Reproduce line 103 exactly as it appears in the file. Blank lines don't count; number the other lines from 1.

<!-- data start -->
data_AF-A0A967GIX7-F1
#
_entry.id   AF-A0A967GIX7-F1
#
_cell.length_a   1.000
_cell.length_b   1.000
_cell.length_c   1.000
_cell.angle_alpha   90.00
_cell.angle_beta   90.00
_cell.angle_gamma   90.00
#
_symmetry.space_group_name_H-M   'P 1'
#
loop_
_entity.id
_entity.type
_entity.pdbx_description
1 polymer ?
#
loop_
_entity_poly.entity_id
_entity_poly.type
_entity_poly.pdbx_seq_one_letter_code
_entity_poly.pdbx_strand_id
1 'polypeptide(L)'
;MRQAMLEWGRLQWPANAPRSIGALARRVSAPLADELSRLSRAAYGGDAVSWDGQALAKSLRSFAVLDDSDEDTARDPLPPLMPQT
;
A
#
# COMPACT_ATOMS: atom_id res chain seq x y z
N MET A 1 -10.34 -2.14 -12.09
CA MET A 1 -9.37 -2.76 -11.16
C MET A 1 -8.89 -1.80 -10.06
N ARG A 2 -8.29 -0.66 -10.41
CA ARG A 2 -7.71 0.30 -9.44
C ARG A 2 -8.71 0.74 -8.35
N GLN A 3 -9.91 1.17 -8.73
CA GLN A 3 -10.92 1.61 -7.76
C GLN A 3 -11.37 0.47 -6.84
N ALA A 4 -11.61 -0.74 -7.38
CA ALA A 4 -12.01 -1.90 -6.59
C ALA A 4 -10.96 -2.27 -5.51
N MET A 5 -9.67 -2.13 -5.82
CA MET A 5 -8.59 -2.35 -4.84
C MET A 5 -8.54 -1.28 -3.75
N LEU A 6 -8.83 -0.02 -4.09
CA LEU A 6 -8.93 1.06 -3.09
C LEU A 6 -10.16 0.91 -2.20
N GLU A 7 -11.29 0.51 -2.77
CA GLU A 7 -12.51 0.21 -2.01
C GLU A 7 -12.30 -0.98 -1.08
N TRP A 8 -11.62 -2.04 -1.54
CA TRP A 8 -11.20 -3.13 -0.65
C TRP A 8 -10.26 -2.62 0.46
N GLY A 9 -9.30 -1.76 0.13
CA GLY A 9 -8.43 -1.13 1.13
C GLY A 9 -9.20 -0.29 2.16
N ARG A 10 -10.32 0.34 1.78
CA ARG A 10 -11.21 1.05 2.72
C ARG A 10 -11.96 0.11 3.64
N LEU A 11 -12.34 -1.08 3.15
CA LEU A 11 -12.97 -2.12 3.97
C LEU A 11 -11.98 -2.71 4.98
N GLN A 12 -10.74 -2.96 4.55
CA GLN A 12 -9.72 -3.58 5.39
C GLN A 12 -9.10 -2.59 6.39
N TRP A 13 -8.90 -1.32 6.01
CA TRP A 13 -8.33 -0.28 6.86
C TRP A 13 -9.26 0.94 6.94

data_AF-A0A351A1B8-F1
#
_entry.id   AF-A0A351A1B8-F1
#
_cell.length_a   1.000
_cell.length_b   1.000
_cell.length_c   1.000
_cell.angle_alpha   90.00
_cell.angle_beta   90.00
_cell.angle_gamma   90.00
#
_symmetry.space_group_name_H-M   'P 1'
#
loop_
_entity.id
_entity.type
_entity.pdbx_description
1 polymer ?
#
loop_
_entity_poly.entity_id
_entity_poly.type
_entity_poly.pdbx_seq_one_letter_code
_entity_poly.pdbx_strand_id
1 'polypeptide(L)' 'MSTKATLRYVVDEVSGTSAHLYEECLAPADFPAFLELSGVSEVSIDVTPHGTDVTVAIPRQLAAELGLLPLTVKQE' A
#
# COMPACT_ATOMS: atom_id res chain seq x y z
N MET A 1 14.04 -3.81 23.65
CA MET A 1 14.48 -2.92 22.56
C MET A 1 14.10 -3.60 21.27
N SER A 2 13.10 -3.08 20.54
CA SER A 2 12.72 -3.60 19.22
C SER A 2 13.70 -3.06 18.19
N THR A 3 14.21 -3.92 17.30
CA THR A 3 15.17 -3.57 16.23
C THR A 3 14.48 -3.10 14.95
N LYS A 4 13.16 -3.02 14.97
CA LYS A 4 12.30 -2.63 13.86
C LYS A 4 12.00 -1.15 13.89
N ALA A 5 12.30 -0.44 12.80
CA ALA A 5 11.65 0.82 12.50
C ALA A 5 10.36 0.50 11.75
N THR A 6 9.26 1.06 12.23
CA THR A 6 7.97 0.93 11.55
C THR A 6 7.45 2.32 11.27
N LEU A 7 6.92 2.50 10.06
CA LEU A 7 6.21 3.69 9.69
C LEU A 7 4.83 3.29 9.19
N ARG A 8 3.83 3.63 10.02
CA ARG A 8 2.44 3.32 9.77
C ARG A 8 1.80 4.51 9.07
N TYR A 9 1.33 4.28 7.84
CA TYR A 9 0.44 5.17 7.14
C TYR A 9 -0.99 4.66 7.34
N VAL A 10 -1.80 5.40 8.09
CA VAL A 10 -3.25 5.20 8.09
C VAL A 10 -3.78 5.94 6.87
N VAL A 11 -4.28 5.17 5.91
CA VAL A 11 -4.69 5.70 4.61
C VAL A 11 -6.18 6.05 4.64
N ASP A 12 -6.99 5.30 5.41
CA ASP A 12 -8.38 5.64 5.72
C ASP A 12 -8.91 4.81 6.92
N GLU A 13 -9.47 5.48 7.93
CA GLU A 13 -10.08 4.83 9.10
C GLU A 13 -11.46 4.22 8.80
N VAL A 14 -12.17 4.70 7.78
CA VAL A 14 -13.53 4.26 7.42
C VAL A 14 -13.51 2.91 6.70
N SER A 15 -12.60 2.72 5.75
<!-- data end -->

N THR A 3 14.21 -3.92 17.30